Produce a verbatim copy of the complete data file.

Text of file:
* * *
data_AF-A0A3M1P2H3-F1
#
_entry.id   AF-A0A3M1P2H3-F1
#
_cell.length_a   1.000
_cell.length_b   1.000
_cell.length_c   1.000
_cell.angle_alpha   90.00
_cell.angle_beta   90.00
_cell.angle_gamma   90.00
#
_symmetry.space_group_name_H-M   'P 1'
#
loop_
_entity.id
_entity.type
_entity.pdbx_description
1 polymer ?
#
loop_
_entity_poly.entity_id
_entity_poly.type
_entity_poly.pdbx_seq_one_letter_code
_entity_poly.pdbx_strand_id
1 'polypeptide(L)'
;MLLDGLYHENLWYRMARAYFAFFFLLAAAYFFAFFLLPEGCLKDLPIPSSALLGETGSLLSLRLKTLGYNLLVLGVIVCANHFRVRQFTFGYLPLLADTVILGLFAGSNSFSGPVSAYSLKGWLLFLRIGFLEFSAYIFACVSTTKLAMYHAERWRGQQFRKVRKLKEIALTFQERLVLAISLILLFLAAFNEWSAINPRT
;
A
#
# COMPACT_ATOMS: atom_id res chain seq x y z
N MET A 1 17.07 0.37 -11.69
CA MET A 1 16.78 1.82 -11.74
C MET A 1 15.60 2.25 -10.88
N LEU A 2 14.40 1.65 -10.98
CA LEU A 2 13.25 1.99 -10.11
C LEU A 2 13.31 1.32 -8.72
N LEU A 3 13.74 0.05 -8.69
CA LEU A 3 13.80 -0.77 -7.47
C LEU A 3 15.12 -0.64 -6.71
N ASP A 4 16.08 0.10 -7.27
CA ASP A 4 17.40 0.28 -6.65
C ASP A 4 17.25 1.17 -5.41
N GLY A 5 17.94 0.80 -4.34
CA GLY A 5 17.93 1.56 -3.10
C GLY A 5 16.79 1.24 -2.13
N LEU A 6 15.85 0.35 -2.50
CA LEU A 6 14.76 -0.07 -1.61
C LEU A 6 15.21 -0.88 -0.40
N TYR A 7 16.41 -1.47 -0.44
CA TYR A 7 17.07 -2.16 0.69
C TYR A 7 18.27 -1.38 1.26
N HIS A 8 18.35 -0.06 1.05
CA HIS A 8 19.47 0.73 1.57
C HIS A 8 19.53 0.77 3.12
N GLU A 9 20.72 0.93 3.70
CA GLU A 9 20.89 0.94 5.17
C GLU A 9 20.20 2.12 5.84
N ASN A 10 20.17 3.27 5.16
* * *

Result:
data_AF-A0A3M1P2H3-F1
#
_entry.id   AF-A0A3M1P2H3-F1
#
_cell.length_a   1.000
_cell.length_b   1.000
_cell.length_c   1.000
_cell.angle_alpha   90.00
_cell.angle_beta   90.00
_cell.angle_gamma   90.00
#
_symmetry.space_group_name_H-M   'P 1'
#
loop_
_entity.id
_entity.type
_entity.pdbx_description
1 polymer ?
#
loop_
_entity_poly.entity_id
_entity_poly.type
_entity_poly.pdbx_seq_one_letter_code
_entity_poly.pdbx_strand_id
1 'polypeptide(L)'
;MLLDGLYHENLWYRMARAYFAFFFLLAAAYFFAFFLLPEGCLKDLPIPSSALLGETGSLLSLRLKTLGYNLLVLGVIVCANHFRVRQFTFGYLPLLADTVILGLFAGSNSFSGPVSAYSLKGWLLFLRIGFLEFSAYIFACVSTTKLAMYHAERWRGQQFRKVRKLKEIALTFQERLVLAISLILLFLAAFNEWSAINPRT
;
A
#
# COMPACT_ATOMS: atom_id res chain seq x y z
N MET A 1 17.07 0.37 -11.69
CA MET A 1 16.78 1.82 -11.74
C MET A 1 15.60 2.25 -10.88
N LEU A 2 14.40 1.65 -10.98
CA LEU A 2 13.25 1.99 -10.11
C LEU A 2 13.31 1.32 -8.72
N LEU A 3 13.74 0.05 -8.69
CA LEU A 3 13.80 -0.77 -7.47
C LEU A 3 15.12 -0.64 -6.71
N ASP A 4 16.08 0.10 -7.27
CA ASP A 4 17.40 0.28 -6.65
C ASP A 4 17.25 1.17 -5.41
N GLY A 5 17.94 0.80 -4.34
CA GLY A 5 17.93 1.56 -3.10
C GLY A 5 16.79 1.24 -2.13
N LEU A 6 15.85 0.35 -2.50
CA LEU A 6 14.76 -0.07 -1.61
C LEU A 6 15.21 -0.88 -0.40
N TYR A 7 16.41 -1.47 -0.44
CA TYR A 7 17.07 -2.16 0.69
C TYR A 7 18.27 -1.38 1.26
N HIS A 8 18.35 -0.06 1.05
CA HIS A 8 19.47 0.73 1.57
C HIS A 8 19.53 0.77 3.12
N GLU A 9 20.72 0.93 3.70
CA GLU A 9 20.89 0.94 5.17
C GLU A 9 20.20 2.12 5.84
N ASN A 10 20.17 3.27 5.16